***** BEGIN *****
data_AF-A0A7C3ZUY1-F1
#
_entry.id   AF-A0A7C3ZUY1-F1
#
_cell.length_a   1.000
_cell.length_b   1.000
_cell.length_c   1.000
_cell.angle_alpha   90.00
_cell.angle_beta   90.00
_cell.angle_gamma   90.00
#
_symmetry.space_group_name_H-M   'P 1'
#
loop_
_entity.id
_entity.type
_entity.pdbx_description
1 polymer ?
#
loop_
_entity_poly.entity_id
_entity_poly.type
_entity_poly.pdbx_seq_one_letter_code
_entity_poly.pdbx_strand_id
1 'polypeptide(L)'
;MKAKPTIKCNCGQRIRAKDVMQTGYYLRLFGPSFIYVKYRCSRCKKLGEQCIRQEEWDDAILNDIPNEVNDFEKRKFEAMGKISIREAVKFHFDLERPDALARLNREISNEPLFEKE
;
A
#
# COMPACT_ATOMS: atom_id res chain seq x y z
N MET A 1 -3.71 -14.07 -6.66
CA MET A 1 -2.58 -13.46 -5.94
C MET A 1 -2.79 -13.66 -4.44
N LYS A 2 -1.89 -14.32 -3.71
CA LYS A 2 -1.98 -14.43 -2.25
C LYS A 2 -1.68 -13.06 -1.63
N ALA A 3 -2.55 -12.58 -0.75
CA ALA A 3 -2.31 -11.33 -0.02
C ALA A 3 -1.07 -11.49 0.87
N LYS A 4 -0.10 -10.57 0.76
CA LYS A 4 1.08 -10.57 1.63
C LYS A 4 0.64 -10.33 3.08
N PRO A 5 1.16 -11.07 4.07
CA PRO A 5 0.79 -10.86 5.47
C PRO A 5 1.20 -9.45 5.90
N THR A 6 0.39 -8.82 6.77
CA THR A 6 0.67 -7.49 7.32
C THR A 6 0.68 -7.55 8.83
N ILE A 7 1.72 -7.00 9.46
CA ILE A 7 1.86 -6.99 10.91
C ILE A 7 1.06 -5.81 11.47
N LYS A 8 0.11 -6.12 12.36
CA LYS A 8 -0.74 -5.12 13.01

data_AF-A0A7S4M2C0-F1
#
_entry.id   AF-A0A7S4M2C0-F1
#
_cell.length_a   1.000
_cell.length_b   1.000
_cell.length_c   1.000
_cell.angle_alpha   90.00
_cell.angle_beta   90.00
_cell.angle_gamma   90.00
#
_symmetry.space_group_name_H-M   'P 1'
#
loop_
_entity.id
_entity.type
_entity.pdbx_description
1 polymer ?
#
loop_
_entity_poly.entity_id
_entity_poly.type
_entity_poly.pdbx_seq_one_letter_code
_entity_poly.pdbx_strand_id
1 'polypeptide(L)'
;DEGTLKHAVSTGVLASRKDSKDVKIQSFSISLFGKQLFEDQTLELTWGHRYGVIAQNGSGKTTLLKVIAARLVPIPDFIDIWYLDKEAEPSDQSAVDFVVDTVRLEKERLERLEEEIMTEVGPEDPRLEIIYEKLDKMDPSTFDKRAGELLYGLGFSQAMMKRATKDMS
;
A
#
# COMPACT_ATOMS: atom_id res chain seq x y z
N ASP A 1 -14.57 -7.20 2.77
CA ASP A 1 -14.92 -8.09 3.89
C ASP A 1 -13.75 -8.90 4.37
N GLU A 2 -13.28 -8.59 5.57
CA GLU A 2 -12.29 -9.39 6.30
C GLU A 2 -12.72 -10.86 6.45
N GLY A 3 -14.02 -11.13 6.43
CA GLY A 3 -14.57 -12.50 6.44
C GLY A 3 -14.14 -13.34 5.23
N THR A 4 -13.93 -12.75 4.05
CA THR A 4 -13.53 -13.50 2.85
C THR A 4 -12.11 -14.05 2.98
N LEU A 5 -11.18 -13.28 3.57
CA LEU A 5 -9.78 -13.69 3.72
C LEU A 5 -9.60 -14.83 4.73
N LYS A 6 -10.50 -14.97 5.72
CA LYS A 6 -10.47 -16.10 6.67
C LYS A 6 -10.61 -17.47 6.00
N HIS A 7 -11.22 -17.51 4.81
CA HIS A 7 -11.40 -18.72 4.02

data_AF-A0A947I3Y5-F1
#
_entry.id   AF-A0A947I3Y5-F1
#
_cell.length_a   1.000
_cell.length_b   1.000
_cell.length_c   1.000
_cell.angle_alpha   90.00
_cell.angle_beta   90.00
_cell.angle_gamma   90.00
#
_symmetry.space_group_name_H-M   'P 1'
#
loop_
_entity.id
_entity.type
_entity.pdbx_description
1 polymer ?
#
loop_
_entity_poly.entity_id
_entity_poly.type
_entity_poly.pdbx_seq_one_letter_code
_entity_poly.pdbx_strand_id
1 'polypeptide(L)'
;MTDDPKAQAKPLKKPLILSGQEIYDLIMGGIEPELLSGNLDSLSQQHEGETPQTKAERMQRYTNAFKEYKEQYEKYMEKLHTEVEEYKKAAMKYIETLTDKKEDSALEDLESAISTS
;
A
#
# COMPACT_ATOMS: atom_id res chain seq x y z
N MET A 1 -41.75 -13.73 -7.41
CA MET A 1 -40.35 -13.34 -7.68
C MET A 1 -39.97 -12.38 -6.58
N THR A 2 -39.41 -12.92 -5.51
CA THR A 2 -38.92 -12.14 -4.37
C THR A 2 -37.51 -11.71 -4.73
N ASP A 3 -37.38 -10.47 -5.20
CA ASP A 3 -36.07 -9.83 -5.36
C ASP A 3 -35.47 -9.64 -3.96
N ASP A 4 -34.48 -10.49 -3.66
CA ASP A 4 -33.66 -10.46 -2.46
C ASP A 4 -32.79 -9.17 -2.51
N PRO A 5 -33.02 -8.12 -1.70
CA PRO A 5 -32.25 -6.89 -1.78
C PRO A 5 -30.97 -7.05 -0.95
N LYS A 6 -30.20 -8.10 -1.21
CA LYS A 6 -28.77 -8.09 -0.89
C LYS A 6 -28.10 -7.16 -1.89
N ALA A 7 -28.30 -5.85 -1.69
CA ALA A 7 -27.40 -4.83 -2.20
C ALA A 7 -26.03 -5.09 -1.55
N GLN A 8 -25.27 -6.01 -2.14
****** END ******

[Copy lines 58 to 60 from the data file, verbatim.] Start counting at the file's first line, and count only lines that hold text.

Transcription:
_cell.length_a   1.000
_cell.length_b   1.000
_cell.length_c   1.000